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April 2015
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Early Spring Garden Tips
Prepare your garden for spring

The worst of winter is finally behind us, and gardening is the perfect activity to give you an excuse to spend time outside, which is good for your health and mood. These tips for early spring gardening will set you up for success all season long.
Remove winter mulch
It is important to remove the mulch that you used to protect your garden during the winter before the weather gets too warm. Many gardeners make the mistake of waiting until they are ready to tackle all of their garden chores and leave the mulch on too long. Even if you aren’t ready to plant anything just yet, leaving the mulch over your garden has the potential to damage your existing plants if temperatures rise too much. One time-saving tip is to simply put your mulch aside and not throw it away until all chance of frost or cold nights has passed, in case you need to quickly recover your garden.
Prune roses and fruit trees
One of the first tasks of spring gardening is to prune roses. You don’t have to wait until your plants are already growing again. Pruning roses before any new growth helps them grow strong and can even encourage them to produce the most blossoms.
“A trim also gives the plants a more open habit, which helps them resist diseases such as black spot,” according to the Better Homes and Gardens website (http://www.bhg.com).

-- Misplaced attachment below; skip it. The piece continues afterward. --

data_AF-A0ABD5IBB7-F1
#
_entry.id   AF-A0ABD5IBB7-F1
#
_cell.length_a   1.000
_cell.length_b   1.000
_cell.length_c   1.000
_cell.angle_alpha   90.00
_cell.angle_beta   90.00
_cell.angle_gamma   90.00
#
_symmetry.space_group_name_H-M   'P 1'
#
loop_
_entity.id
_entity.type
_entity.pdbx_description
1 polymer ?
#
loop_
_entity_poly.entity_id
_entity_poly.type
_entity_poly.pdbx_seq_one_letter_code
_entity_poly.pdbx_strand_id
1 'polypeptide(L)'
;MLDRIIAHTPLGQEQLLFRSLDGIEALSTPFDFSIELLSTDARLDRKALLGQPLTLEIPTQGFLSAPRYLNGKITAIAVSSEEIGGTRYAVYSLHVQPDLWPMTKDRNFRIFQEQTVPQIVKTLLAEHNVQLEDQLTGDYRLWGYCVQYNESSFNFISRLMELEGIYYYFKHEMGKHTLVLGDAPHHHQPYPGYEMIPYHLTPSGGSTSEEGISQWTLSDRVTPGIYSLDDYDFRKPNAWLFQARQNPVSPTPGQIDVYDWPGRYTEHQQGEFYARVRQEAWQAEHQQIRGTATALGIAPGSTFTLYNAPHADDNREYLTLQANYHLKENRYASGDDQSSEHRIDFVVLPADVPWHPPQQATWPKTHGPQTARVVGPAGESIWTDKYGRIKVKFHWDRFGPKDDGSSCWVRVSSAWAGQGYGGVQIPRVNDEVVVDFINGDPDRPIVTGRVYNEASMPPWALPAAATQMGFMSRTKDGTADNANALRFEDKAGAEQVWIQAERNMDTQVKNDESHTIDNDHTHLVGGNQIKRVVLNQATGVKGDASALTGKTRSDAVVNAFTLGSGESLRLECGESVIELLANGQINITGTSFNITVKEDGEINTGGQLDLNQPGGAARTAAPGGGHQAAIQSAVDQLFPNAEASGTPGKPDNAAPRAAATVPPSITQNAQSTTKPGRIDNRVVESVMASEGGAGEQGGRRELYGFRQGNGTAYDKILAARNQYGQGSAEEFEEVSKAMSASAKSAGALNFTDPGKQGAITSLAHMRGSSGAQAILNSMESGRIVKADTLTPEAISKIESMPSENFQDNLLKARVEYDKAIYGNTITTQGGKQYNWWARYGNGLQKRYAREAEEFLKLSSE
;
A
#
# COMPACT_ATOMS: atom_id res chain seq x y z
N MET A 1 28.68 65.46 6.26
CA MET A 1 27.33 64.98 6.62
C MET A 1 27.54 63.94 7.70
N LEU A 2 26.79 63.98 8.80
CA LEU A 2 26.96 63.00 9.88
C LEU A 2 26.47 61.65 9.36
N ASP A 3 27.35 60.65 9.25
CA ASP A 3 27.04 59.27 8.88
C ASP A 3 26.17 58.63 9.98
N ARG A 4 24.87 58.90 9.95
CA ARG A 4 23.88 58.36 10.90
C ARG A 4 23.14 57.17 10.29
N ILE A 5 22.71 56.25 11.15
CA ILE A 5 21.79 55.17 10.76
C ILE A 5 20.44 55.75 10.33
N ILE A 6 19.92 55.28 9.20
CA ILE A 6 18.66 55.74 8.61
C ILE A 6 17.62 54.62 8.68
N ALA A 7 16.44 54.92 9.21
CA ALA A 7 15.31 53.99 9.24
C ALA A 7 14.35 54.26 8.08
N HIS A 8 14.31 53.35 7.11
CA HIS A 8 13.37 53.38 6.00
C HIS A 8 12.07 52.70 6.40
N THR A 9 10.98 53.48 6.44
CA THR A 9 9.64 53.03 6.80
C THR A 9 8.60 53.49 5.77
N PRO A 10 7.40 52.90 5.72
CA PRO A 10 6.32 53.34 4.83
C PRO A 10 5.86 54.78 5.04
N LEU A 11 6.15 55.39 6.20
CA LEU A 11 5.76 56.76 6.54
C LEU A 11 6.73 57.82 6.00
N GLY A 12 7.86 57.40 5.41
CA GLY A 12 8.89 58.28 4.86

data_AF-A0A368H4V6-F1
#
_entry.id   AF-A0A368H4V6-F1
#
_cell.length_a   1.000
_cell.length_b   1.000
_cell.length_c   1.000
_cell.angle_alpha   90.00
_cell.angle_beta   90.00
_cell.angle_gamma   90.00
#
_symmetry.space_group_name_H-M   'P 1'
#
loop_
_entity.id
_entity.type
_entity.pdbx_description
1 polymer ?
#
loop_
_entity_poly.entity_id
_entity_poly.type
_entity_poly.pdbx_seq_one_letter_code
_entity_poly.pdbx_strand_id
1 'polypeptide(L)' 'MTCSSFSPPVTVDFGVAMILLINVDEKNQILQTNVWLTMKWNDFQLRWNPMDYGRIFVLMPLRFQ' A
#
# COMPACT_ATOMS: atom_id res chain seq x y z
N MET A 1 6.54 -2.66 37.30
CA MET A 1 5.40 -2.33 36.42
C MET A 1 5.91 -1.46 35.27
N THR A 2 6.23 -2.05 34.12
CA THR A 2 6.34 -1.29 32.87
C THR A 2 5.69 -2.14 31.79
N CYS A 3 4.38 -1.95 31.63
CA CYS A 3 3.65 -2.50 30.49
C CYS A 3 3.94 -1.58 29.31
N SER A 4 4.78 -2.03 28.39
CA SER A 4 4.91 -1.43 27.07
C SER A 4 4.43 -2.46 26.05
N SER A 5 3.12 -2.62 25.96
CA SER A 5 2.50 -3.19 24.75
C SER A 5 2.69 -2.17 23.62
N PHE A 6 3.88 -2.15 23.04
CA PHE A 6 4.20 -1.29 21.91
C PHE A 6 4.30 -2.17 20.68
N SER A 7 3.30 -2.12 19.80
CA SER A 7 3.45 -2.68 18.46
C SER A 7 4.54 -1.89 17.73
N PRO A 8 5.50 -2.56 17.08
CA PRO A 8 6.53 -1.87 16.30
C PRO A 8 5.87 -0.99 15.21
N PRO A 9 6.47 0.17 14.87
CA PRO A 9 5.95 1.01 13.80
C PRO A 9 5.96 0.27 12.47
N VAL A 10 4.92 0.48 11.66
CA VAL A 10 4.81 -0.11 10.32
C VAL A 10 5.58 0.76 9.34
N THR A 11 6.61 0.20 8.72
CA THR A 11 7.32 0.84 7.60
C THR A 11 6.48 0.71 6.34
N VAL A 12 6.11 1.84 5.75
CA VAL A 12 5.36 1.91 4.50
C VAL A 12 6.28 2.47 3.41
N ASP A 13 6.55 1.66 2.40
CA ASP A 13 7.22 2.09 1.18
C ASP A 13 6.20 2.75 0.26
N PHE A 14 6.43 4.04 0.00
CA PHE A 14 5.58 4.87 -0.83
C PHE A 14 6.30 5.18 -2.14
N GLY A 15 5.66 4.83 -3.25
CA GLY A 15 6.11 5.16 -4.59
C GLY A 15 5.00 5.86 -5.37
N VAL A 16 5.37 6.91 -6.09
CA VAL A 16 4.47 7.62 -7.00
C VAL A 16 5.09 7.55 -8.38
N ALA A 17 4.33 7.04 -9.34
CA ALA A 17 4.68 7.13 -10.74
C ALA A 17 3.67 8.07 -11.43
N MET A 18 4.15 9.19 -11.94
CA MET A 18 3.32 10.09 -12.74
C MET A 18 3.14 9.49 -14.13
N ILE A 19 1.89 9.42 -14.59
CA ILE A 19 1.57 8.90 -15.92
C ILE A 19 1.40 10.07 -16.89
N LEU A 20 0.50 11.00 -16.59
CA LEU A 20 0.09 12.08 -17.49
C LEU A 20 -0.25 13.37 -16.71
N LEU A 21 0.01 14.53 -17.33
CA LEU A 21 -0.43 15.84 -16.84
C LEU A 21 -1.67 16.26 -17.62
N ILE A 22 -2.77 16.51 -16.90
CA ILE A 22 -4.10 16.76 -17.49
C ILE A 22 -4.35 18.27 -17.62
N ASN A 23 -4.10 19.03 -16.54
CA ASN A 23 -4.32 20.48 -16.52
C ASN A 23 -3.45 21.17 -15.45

Early spring is also a great time to prune fruit trees. Most fruit trees can safely be pruned every year, which can help them stay healthy. Making more room among the branches can even make it easier to harvest the mature fruits.
“The buds and flowers of peaches, nectarines, and cherries open early and are prone to frost damage. Protect wall-trained and free-standing trees with fabric,” recommends HGTVgardens.com.
Plant trees and shrubs
If you don’t have any fruit trees, consider planting some now because spring is a great time to plant most trees and shrubs due to the cool temperatures and moist soil. A common mistake when planting trees and shrubs is to plant them too deep. The point at which the root meets the trunk is known as the root flare, and that should not be buried in soil. The root flare should either be just at the soil level or even slightly above.
Plant cool tolerant annuals
Bulbs like tulips, daffodils and crocuses are usually the first blossoms that signify spring, but if you don’t have bulbs planted from last year, you can still get early flowers by planting cool tolerant annuals, which grow quickly. Many of these annuals can even tolerate a slight frost, making them perfect for early planting. Varieties to try include snapdragon, violas, poppy and pansies.
When the weather warms up in the swing of summer, replace your annuals with heat loving varieties so your garden will never lack for color. Petunias and nasturtium are very popular varieties of annuals that work well in heat.
So don’t wait, celebrate the upcoming spring weather by heading outside to prep your garden for its best year yet using these tips.
This article is presented by Kundert Volvo in Hasbrouck Heights and Englewood, NJ.


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